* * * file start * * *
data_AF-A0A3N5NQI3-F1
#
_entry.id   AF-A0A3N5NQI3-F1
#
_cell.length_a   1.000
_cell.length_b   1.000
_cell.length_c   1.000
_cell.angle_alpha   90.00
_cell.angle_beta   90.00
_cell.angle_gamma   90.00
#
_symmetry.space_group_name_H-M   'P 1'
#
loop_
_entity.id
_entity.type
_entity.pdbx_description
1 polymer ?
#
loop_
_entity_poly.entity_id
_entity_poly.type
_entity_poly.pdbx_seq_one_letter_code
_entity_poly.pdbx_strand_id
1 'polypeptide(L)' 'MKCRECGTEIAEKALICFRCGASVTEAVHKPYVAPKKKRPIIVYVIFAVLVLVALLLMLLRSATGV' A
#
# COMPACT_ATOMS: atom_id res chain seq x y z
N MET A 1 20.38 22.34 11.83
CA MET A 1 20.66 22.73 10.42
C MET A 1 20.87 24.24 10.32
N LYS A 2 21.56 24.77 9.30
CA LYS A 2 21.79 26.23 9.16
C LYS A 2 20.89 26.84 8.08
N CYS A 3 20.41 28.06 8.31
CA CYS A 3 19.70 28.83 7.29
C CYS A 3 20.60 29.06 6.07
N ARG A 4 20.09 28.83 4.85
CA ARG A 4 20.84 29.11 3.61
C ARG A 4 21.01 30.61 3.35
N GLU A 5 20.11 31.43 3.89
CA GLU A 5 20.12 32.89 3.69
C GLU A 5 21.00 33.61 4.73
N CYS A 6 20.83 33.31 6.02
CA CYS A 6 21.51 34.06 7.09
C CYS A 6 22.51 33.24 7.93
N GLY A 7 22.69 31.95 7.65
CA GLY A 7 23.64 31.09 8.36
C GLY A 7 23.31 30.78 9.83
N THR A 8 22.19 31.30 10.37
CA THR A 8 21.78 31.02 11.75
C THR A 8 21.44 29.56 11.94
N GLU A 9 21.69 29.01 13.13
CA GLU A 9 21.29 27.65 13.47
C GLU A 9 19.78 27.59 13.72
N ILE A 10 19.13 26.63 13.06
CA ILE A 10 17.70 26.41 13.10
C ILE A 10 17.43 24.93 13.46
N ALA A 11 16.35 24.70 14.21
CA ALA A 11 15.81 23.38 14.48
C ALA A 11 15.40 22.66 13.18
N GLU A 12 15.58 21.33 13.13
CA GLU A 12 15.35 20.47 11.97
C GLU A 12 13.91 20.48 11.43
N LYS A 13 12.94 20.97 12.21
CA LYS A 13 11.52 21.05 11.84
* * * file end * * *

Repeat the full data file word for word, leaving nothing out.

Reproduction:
data_AF-A0A3N5NQI3-F1
#
_entry.id   AF-A0A3N5NQI3-F1
#
_cell.length_a   1.000
_cell.length_b   1.000
_cell.length_c   1.000
_cell.angle_alpha   90.00
_cell.angle_beta   90.00
_cell.angle_gamma   90.00
#
_symmetry.space_group_name_H-M   'P 1'
#
loop_
_entity.id
_entity.type
_entity.pdbx_description
1 polymer ?
#
loop_
_entity_poly.entity_id
_entity_poly.type
_entity_poly.pdbx_seq_one_letter_code
_entity_poly.pdbx_strand_id
1 'polypeptide(L)' 'MKCRECGTEIAEKALICFRCGASVTEAVHKPYVAPKKKRPIIVYVIFAVLVLVALLLMLLRSATGV' A
#
# COMPACT_ATOMS: atom_id res chain seq x y z
N MET A 1 20.38 22.34 11.83
CA MET A 1 20.66 22.73 10.42
C MET A 1 20.87 24.24 10.32
N LYS A 2 21.56 24.77 9.30
CA LYS A 2 21.79 26.23 9.16
C LYS A 2 20.89 26.84 8.08
N CYS A 3 20.41 28.06 8.31
CA CYS A 3 19.70 28.83 7.29
C CYS A 3 20.60 29.06 6.07
N ARG A 4 20.09 28.83 4.85
CA ARG A 4 20.84 29.11 3.61
C ARG A 4 21.01 30.61 3.35
N GLU A 5 20.11 31.43 3.89
CA GLU A 5 20.12 32.89 3.69
C GLU A 5 21.00 33.61 4.73
N CYS A 6 20.83 33.31 6.02
CA CYS A 6 21.51 34.06 7.09
C CYS A 6 22.51 33.24 7.93
N GLY A 7 22.69 31.95 7.65
CA GLY A 7 23.64 31.09 8.36
C GLY A 7 23.31 30.78 9.83
N THR A 8 22.19 31.30 10.37
CA THR A 8 21.78 31.02 11.75
C THR A 8 21.44 29.56 11.94
N GLU A 9 21.69 29.01 13.13
CA GLU A 9 21.29 27.65 13.47
C GLU A 9 19.78 27.59 13.72
N ILE A 10 19.13 26.63 13.06
CA ILE A 10 17.70 26.41 13.10
C ILE A 10 17.43 24.93 13.46
N ALA A 11 16.35 24.70 14.21
CA ALA A 11 15.81 23.38 14.48
C ALA A 11 15.40 22.66 13.18
N GLU A 12 15.58 21.33 13.13
CA GLU A 12 15.35 20.47 11.97
C GLU A 12 13.91 20.48 11.43
N LYS A 13 12.94 20.97 12.21
CA LYS A 13 11.52 21.05 11.84